Eight years after Congress passed its "anti-dumping" law, HCFA has issued final regulations implementing the measure, which is designed to curtail economically motivated transfers of hospital patients.
HCFA published the regulations in the June 22 Federal Register. They take effect 30 days after publication.
The 1986 law bars hospitals from transferring medically unstable patients or patients in active labor to other hospitals for economic reasons.
The law also requires hospitals to give basic medical screenings to all emergency department patients regardless of their ability to pay. And, it bars hospitals from delaying medical screenings to inquire about patients' insurance status.
Although HCFA has been enforcing the 1986 law through other legal authorities, consumer groups hope the issuance of the new regulations will lead to stepped-up enforcement efforts. The regulations formally codify the authority of HHS' inspector general's office to investigate and issue sanctions against hospital offenders.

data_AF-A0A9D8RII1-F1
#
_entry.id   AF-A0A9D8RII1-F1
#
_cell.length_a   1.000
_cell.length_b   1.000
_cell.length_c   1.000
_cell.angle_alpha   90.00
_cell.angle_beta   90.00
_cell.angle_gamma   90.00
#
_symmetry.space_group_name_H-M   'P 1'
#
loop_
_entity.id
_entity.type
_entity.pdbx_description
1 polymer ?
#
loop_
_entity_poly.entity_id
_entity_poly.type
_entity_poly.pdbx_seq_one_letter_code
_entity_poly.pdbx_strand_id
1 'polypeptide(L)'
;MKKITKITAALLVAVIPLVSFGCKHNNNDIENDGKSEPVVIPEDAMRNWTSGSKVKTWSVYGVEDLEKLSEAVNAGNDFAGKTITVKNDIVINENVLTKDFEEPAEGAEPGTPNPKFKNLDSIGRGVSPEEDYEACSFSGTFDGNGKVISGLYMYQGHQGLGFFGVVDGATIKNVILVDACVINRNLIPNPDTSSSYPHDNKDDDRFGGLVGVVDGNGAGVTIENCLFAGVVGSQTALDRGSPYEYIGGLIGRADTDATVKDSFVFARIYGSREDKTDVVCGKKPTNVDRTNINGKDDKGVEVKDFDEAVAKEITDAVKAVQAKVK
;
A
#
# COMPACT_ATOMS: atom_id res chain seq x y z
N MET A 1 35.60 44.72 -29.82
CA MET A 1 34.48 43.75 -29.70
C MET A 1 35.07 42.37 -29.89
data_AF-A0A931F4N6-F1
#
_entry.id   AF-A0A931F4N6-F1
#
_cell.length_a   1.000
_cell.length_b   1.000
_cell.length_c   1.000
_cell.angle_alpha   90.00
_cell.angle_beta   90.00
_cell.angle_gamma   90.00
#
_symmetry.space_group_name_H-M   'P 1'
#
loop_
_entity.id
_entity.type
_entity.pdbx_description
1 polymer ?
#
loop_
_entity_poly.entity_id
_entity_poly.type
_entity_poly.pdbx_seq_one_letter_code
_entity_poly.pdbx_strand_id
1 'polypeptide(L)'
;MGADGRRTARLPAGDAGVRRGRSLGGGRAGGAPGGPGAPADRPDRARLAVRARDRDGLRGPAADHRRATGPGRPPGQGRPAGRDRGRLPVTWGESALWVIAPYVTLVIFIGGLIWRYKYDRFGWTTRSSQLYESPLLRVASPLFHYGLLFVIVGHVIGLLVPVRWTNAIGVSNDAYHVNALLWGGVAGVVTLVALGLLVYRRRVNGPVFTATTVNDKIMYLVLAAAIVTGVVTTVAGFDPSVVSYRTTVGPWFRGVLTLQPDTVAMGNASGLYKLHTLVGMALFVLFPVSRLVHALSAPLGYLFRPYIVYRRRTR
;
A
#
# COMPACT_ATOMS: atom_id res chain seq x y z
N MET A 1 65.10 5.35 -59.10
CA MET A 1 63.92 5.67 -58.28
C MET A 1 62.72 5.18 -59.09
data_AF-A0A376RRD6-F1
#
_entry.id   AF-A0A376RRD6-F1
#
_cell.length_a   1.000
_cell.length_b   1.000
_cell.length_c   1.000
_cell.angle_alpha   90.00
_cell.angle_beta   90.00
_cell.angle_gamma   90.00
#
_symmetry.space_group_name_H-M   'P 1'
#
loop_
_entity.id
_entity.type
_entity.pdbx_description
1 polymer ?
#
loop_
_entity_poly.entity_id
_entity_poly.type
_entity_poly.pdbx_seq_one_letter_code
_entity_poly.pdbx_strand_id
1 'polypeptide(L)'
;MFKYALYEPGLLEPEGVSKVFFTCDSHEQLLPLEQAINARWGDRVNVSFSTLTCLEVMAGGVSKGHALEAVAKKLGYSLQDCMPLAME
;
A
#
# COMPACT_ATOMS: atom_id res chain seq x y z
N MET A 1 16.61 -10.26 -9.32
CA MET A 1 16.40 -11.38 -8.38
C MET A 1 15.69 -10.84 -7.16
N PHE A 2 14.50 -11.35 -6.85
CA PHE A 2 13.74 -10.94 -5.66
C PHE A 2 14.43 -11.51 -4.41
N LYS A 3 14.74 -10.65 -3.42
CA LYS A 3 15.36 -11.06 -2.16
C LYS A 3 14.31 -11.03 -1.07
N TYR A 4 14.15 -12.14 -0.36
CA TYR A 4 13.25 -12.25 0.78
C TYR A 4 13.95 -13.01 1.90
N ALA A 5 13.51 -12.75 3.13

Hospitals found in violation of the law can be fined up to $50,000 per violation and be terminated from the Medicare and Medicaid programs.
Last year, the Washington-based consumer group Public Citizen issued a report charging HCFA with being lax in enforcing the patient-dumping law. The report said the agency fined just 17 hospitals for dumping violations between 1986 and 1992. Another seven hospitals were expelled from Medicare, but four were later reinstated (May 24, 1993, p. 8).
Records compiled by MODERN HEALTHCARE show another eight hospitals have paid civil monetary penalties to the government since January 1993 to settle patient-dumping charges.
Public Citizen applauded the new regulations, saying they "could make a tremendous difference in providing the safety net Congress intended for all persons in need of emergency care."